In these cold grey days of our San Francisco summer, it is easy to want to just curl up under the warmth of a cozy throw. But there is another way to keep warm, which will also keep you well, fit and independent: exercise!
According to the National Institute on Aging, staying physically active and exercising regularly can help prevent or delay many diseases and disabilities, including dementia. The National Institutes of Health (NIH) report that even moderate exercise and physical activity can improve the health of seniors.
They go on to list four kinds of exercise which are important:
- Strength exercise builds muscles and increases your metabolism, which helps to keep your weight and blood sugar in check.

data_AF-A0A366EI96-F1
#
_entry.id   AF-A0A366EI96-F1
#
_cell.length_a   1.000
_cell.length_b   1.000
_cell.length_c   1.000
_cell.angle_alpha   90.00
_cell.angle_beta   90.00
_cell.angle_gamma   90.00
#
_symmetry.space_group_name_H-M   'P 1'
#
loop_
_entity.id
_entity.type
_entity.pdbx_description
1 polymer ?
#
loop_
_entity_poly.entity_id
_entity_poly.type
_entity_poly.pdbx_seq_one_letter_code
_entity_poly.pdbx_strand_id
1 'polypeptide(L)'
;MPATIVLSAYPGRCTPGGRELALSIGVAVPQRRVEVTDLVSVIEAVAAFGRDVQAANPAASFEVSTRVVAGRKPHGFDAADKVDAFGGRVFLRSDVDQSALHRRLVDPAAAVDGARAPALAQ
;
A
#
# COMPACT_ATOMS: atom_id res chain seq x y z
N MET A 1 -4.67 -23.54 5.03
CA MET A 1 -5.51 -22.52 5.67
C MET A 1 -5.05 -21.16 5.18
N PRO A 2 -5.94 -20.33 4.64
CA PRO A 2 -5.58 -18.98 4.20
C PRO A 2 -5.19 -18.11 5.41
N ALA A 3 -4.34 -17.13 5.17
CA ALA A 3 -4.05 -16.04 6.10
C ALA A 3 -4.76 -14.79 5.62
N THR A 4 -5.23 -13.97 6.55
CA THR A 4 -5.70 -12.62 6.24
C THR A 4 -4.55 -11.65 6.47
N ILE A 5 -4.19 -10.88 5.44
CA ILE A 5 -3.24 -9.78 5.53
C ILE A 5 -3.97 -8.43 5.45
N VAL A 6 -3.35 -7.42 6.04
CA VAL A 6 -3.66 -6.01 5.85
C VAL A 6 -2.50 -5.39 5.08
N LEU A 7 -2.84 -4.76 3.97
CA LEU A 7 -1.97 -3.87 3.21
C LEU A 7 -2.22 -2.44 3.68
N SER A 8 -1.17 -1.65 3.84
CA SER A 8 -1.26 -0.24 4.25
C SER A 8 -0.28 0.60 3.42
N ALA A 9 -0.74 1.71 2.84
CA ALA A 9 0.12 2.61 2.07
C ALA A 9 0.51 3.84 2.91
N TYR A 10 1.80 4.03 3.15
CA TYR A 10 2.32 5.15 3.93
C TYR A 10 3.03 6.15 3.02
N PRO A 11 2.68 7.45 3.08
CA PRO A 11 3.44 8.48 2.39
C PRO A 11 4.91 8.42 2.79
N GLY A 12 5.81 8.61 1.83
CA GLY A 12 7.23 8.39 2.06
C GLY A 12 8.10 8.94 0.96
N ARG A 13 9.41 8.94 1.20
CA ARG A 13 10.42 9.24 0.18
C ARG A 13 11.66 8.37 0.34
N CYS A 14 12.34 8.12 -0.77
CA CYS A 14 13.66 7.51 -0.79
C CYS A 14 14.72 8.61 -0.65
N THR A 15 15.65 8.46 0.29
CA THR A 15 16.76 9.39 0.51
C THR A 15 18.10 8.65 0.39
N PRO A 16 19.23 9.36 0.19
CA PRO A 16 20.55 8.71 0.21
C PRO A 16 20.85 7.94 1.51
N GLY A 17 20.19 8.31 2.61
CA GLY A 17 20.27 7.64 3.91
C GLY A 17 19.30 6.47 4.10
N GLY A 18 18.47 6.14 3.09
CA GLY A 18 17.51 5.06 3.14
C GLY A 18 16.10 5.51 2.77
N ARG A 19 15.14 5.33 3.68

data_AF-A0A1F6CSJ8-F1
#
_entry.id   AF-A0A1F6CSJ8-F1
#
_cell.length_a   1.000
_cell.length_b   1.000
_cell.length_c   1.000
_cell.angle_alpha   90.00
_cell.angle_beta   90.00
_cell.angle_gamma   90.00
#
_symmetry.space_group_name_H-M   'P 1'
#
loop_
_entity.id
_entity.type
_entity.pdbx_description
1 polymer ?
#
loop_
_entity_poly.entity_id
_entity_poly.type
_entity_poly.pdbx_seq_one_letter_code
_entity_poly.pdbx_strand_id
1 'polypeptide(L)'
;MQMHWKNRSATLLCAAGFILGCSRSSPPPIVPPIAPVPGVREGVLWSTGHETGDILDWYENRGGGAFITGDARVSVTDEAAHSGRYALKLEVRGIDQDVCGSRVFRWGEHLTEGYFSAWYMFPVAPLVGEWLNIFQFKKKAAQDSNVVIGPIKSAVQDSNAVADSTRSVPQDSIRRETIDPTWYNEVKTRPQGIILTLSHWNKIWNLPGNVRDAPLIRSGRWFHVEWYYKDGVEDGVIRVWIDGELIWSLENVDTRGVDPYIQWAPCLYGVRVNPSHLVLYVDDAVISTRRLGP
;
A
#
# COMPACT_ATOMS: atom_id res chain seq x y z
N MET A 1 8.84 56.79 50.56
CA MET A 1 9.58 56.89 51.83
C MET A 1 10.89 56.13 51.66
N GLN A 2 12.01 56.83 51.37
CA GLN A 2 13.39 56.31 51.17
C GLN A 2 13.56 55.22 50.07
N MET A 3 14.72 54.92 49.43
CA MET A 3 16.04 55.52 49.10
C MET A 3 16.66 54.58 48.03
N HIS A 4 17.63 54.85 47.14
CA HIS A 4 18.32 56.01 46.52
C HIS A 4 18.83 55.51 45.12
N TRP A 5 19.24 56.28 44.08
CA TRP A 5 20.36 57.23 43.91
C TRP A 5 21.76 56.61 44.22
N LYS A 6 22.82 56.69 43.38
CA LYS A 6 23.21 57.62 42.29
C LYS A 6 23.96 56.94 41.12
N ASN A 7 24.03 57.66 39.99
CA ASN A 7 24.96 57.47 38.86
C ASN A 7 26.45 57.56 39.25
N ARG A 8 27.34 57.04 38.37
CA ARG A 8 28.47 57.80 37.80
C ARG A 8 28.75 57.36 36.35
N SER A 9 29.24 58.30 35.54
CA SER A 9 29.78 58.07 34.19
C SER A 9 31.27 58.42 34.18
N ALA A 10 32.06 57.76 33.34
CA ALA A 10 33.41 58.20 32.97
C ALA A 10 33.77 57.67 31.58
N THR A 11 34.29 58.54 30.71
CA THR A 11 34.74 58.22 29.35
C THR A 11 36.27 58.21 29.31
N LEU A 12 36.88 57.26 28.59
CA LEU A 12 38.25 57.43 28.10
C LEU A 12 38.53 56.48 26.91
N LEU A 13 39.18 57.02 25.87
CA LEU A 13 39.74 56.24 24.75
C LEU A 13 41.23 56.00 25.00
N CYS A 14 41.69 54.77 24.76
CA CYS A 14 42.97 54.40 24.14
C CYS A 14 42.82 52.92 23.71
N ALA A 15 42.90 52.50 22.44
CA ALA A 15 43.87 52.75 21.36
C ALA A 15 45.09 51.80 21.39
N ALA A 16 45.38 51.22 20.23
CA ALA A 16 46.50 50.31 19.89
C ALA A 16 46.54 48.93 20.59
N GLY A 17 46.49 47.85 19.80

- Balance exercise builds leg muscles, and this helps to prevent falls. According to the NIH, of the 300,000 hospital admissions for broken hips each year, many of them are seniors, and falling is often the cause.
- Stretching exercise can give you more freedom of movement, which will allow you to be more active, assist with the discomfort of aching muscles and help with arthritis.
- Endurance exercise is any activity—walking, jogging, swimming or biking, that increases your heart rate and breathing for an extended period of time.
Be sure to start easy, doing no more than you are comfortable with, then you can build up slowly.
For more information on exercises, go to http://seniorliving.about.com/od/basicexerciseseries/4_Basic_Senior_Exer...
And always be sure to check with you doctor before starting any exercise program so that you are sure you will not cause yourself injury or pain.